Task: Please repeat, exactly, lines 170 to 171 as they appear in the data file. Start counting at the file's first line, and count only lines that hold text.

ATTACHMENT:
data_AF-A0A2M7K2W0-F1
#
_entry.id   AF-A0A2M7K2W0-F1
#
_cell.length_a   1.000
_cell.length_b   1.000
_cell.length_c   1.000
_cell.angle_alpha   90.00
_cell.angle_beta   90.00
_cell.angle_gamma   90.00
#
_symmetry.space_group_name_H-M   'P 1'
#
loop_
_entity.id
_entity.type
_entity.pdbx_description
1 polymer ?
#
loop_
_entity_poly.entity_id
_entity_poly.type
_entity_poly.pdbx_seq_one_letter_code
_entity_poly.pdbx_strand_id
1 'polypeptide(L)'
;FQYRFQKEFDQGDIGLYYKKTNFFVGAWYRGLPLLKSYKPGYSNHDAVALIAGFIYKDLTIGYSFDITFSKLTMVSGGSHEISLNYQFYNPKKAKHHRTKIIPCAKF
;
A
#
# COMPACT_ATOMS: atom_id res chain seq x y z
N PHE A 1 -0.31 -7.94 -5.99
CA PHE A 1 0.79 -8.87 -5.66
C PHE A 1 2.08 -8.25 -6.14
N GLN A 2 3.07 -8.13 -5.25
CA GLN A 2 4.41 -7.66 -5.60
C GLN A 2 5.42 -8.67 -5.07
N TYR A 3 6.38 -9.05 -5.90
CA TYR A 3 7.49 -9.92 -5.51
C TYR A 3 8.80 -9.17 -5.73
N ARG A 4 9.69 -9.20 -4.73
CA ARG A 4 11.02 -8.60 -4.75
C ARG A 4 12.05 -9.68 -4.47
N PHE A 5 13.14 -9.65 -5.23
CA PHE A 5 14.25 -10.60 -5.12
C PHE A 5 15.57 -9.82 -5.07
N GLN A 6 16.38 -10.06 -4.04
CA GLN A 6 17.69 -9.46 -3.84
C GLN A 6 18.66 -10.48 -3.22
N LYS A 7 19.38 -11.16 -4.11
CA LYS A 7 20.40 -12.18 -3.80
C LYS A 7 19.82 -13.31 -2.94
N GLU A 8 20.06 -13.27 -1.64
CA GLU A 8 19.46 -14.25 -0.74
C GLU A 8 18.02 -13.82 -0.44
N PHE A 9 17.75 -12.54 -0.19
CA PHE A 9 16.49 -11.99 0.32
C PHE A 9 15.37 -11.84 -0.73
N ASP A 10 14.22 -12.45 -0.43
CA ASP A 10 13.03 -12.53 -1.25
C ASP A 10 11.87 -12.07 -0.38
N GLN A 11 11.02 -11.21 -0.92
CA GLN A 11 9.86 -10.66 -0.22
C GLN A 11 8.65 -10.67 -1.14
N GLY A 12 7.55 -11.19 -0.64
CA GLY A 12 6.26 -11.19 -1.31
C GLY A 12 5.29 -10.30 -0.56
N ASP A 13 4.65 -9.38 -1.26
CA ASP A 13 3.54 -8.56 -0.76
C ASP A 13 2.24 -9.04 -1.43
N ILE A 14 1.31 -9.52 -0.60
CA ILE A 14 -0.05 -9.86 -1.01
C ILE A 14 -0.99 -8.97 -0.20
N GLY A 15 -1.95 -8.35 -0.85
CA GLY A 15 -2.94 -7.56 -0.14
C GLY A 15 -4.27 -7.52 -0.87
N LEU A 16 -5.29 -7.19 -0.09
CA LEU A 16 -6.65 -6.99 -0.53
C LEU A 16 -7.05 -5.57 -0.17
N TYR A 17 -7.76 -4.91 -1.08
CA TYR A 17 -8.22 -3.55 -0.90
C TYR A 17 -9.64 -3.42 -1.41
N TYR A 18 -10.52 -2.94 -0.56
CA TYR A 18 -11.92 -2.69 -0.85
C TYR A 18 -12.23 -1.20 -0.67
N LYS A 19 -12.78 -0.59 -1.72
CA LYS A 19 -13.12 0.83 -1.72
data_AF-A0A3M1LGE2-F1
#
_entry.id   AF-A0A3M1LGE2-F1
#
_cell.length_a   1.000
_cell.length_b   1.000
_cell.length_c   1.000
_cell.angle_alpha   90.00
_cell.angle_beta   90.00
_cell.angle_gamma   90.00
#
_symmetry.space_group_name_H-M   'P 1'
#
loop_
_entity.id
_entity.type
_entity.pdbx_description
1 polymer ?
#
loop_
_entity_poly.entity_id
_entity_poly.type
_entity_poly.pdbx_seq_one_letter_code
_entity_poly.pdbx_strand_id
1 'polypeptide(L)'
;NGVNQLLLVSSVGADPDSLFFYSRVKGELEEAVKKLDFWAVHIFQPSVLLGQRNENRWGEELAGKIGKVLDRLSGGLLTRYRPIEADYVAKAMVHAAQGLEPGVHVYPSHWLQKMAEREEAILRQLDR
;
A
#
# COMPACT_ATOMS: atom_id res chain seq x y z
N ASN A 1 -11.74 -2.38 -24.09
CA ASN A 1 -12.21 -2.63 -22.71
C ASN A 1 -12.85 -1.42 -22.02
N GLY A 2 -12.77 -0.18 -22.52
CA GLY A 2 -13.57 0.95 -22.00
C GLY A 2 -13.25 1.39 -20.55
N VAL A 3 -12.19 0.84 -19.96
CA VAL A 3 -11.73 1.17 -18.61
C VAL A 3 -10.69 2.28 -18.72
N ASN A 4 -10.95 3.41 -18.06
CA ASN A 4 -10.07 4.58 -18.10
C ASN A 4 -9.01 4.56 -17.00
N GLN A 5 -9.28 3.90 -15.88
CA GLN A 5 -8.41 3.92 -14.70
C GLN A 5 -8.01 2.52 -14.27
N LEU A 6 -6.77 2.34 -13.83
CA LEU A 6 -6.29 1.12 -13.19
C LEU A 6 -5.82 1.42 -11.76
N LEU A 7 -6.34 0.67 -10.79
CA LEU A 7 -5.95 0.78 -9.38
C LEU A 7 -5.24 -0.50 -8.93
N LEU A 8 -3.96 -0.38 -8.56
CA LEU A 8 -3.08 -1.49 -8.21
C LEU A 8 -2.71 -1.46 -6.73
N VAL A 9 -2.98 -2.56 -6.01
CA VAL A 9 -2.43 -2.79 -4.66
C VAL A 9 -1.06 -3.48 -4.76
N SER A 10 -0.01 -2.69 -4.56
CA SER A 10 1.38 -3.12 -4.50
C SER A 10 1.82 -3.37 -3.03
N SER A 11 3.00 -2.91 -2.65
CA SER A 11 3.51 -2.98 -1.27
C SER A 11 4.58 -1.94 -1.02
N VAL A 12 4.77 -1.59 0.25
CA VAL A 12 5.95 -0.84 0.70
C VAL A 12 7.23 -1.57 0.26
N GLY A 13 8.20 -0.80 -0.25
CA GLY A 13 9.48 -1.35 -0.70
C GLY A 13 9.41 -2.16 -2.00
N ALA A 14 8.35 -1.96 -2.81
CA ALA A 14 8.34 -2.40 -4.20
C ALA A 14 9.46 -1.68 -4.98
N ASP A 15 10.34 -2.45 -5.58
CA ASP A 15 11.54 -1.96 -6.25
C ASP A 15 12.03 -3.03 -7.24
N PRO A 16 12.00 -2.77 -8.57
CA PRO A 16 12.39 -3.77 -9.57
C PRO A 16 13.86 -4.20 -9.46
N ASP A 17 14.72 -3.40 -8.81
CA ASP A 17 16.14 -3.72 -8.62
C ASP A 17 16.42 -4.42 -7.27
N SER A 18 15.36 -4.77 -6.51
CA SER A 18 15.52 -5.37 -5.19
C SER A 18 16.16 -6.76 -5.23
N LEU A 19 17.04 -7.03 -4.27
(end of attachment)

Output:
C SER A 18 16.16 -6.76 -5.23
N LEU A 19 17.04 -7.03 -4.27